Our ‘Gastronomic World’ has changed – and the change is here to stay

Our Gastronomic World has changed

We eat for nutrition, but we also eat for taste. Since we eat so often, our taste buds tire of the same stimuli quickly – they crave variety and we don’t mind paying a premium for a great gastronomic experience.

Oh, our tingling taste buds! We eat for nutrition, but we also eat for taste. Since we eat so often, our taste buds tire of the same stimuli quickly- they crave variety. Our other senses – of smell, of sight, too seek change, ever so often. This has led to a surge in the out-of-home consumption of food. This has also led to a surge in order-ins. We don’t mind paying a premium for a great gastronomic experience. We would like to have many such experiences in a month, perhaps even within a week- but different experiences. We want variety. And we don’t mind paying for it.

With growing prosperity more of us can pay, and with growing awareness or perhaps with social media-fed voyeurism, also the desire. This has led to a mushrooming of restaurants, QSRs, cafes, bars, and bakeries. I have seen this in India, in Singapore, in Indonesia, in Vietnam, in Saudi Arabia, in Nigeria.

COVID has put a spanner in the spokes. Weeks of lockdown, of being confined indoors, of being suspicious of strangers, of being suspicious of friends, has changed our world, especially our gastronomic world. A new normal has set in. And it is here to stay.

When things open up, will you still want to go out to eat with your four-year-old in tow? Will you still want to step out for a cold beer and a bite with your 75-year-old Dad? Perhaps you will, but only to outlets where you are sure of the safety. And perhaps not as often. That there will be serious demand destruction for out-of-home dining I am certain of, consequently. For these outlets, the costs of operations will rise too with higher safety standards. It is a double whammy not many will survive.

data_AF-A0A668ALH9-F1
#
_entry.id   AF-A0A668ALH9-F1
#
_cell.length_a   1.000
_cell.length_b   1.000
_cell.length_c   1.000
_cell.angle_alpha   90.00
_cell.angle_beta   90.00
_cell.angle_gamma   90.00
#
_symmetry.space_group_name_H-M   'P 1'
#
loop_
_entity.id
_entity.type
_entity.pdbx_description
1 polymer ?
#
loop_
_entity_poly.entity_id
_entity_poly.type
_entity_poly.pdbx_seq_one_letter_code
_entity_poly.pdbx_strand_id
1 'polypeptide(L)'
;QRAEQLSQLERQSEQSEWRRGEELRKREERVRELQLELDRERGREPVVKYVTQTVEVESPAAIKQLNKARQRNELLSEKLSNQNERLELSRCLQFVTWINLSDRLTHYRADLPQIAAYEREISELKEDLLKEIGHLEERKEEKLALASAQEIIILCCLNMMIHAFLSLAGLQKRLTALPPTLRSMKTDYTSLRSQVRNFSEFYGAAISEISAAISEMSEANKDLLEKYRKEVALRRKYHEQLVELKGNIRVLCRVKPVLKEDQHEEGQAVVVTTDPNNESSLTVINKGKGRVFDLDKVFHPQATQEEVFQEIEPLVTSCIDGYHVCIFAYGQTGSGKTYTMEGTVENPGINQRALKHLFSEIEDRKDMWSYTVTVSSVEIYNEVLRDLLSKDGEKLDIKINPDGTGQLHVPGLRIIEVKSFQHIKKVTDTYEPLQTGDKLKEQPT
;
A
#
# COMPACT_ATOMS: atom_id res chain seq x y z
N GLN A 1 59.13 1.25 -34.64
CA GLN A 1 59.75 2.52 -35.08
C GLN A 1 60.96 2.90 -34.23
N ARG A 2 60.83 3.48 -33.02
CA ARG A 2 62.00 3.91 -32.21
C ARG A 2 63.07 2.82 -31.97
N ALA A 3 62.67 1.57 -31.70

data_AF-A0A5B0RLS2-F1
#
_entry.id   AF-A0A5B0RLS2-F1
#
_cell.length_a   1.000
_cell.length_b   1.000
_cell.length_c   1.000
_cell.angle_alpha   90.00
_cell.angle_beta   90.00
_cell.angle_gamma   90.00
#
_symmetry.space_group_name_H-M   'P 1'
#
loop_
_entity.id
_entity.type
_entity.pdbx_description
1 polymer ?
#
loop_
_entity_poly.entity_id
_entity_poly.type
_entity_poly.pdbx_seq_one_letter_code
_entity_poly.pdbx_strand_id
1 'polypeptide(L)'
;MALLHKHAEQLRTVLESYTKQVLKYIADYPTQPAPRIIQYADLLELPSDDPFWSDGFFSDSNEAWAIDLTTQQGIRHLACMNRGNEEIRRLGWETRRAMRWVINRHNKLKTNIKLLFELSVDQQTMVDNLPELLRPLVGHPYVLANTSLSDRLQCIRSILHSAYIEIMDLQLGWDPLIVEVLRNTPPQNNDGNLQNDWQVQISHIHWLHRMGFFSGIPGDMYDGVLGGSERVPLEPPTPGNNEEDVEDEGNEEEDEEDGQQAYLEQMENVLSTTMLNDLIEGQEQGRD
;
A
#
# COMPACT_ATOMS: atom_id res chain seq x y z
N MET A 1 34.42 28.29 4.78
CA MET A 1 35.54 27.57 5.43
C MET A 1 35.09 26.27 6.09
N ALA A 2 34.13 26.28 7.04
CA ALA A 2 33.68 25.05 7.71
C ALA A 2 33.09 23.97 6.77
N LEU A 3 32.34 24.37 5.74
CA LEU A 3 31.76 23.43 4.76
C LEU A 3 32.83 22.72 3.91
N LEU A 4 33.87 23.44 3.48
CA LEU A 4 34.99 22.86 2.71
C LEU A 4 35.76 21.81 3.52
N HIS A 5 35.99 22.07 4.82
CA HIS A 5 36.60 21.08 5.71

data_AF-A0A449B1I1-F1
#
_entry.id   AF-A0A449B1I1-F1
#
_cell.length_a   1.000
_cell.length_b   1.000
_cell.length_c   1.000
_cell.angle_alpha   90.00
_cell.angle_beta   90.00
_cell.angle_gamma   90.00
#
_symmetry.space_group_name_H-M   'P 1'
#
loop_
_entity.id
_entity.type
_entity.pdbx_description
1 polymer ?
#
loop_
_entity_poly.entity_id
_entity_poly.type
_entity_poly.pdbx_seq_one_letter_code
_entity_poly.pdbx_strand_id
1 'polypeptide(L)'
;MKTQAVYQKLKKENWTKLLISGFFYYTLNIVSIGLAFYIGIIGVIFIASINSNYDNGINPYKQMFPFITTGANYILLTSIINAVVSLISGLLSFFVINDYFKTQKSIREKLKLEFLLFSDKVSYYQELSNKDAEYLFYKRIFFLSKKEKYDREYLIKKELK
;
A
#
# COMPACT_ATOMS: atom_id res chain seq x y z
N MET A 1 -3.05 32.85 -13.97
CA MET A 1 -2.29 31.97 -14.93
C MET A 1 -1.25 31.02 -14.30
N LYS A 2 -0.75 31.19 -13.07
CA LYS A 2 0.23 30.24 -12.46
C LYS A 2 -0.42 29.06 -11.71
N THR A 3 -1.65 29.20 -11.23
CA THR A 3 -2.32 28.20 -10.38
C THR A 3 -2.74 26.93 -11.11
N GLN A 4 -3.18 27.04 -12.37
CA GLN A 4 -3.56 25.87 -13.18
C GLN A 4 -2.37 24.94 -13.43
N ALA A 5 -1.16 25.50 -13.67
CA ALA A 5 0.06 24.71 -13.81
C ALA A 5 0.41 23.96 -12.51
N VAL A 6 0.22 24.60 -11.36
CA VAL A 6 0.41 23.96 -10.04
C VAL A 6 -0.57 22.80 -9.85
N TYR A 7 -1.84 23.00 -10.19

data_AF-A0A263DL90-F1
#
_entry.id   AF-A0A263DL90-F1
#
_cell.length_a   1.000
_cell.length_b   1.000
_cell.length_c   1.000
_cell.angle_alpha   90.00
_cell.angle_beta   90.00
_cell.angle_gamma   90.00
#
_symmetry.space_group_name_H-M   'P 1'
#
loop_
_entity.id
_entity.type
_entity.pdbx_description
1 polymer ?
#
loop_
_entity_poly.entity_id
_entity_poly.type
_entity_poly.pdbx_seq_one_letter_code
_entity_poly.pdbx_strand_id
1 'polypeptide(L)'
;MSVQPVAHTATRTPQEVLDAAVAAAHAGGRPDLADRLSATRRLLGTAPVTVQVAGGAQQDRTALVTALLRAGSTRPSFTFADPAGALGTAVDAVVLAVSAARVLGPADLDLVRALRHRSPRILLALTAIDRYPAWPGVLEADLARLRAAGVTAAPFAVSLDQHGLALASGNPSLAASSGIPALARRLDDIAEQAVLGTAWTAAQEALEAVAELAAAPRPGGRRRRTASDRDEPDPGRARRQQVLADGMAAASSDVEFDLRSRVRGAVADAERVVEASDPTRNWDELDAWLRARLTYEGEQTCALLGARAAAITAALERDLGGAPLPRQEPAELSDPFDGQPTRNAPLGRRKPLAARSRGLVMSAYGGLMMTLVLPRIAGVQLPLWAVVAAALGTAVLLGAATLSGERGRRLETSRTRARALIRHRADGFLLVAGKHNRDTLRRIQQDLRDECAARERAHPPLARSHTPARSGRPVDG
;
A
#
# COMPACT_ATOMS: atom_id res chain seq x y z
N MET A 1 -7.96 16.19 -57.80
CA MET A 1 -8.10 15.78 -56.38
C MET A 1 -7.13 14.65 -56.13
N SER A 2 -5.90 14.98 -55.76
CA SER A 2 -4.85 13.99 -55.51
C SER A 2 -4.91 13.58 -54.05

So will you then order-in? This certainly will reduce the risk of exposure to the virus. But will it eliminate the risk, I think not. I know I will have a niggling doubt about the safety of food being ordered-in. I will also worry about the person who is delivering the food. There will be more people like me. Order-ins too will get impacted. Deliveroo has slashed its workforce by a quarter in Singapore. Swiggy has cut 1000 jobs in India. Order-ins will not hit a wall, as will out-of-home dining, but the new normal will see the demand dampen.

This will put you and me in a fix. The out-of-home options available to satiate our taste buds, we will no longer trust as much. But the taste buds will still tingle. I reckon, more and more of us will turn to our kitchens. We will cook, bake, brew, and grill more at home. With work-from-home nowhere to stay, we will have more time at our hands – that will help. We will turn master chefs, many will engage our children too. We will bring in groceries, ingredients, or perhaps we will order them in. We will also appreciate ready-to-cook preparations that will take the drudgery away from cooking. Tomato purées, pre-blended spices, frying batter, etc will all be welcome.

Now the question is for how long will this last? I think this will last for quite a while. We don’t know how the lockdown exits are going to pan out. Will we see rising infections as we exit, hence more lockdowns? Perhaps we will. What I am certain of is that our food consumption pattern will change. Companies focused on in-home food preparation will rise with the tide, those focused on out-of-home food consumption will be at risk with the ebb.

Share this post

Subscribe
Notify of
0 Comments
Inline Feedbacks
View all comments
Send an Inquiry
close slider

Send us your inquiry or question

Disclaimer: Avalon Consulting does not collect any information without consent. The information you provide will remain confidential and will not be shared with any 3rd party agencies. We will use this information to only contact you directly for enquiries/responses.